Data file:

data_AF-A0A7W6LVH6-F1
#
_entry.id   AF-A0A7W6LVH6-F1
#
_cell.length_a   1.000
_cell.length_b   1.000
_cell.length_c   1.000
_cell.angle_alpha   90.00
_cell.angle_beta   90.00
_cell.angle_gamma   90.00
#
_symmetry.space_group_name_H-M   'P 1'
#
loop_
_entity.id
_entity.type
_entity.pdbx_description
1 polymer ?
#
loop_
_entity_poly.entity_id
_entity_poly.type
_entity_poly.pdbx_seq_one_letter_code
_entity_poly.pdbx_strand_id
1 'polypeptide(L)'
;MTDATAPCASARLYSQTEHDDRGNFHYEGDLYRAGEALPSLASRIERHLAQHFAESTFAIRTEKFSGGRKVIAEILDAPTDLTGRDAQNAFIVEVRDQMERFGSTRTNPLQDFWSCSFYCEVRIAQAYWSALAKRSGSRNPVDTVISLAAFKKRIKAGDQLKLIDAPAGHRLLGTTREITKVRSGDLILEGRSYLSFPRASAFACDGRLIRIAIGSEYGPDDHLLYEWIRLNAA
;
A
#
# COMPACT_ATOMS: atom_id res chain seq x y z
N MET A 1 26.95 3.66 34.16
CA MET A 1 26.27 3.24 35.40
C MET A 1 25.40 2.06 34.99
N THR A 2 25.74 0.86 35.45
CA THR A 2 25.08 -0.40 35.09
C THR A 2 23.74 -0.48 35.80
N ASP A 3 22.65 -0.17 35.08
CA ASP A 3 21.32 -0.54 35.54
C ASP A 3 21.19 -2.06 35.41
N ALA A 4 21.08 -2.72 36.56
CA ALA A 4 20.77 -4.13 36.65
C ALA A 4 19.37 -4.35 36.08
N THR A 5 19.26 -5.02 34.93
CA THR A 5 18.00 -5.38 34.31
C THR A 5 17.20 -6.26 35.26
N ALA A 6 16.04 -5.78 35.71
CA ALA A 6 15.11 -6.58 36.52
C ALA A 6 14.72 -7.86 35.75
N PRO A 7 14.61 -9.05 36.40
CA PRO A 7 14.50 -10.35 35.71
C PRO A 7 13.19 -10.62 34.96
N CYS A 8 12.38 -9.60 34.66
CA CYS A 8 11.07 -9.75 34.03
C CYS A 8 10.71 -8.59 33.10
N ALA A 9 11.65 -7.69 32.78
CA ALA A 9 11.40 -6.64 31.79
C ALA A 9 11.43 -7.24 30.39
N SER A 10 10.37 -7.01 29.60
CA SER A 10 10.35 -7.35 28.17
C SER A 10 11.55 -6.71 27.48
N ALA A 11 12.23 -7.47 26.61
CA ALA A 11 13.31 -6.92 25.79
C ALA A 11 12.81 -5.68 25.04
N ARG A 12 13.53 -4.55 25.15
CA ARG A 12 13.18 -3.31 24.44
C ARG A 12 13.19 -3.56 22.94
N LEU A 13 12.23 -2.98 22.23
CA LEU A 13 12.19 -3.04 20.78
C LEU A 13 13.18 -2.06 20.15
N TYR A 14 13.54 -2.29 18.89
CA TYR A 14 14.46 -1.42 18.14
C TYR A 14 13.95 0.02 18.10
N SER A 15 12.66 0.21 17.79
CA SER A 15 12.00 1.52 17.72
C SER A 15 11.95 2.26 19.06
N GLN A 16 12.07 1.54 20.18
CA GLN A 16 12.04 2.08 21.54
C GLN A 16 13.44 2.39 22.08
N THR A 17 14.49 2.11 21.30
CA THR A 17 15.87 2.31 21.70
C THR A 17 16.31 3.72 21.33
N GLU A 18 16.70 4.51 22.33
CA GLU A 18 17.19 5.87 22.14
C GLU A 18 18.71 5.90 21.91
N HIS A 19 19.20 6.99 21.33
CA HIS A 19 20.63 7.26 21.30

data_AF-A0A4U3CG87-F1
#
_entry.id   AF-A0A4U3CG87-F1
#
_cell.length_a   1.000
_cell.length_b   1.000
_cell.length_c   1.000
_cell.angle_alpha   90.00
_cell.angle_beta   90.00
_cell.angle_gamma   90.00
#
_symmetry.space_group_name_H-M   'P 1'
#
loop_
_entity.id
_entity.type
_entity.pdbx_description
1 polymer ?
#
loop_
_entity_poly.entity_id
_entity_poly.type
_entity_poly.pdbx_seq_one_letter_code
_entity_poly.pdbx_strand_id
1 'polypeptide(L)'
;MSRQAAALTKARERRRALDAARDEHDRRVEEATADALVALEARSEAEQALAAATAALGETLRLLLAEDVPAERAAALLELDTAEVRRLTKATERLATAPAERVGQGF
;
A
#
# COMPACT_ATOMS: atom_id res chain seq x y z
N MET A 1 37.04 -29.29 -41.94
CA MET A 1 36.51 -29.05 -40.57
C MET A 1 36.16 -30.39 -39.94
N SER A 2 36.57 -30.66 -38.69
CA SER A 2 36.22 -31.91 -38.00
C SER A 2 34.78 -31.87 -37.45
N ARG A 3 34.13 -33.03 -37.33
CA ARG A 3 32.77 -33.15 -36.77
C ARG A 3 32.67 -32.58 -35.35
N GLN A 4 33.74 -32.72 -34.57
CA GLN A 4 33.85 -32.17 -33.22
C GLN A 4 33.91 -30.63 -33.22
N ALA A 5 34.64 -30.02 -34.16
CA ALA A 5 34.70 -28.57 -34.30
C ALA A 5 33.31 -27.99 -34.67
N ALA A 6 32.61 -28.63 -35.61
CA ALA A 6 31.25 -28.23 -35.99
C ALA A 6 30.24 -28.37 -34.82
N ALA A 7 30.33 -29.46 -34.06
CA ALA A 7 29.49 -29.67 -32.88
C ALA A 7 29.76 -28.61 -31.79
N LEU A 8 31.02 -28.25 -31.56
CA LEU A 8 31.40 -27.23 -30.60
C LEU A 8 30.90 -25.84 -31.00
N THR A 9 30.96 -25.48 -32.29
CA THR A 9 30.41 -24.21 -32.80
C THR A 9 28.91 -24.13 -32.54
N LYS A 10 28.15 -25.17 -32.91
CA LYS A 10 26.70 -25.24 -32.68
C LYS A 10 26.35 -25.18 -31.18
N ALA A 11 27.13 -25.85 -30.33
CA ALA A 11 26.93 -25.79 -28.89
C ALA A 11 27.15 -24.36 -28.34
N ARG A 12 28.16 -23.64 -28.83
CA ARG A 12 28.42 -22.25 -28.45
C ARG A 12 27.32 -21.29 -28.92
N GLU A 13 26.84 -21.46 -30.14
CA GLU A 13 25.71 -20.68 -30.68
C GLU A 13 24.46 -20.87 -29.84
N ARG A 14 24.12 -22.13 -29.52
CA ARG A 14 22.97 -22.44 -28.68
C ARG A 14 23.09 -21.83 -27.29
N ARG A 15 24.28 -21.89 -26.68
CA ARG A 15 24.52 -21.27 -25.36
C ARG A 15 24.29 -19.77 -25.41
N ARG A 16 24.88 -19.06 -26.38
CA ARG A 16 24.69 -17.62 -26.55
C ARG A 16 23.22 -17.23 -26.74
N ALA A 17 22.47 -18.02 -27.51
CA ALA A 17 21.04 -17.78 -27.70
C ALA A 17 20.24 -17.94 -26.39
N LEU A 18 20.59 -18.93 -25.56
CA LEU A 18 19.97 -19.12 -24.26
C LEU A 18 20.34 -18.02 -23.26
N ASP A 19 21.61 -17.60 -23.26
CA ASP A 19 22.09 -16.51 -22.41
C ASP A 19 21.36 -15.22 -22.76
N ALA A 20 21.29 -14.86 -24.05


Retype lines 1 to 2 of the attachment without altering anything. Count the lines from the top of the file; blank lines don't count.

data_AF-A0A7W6LVH6-F1
#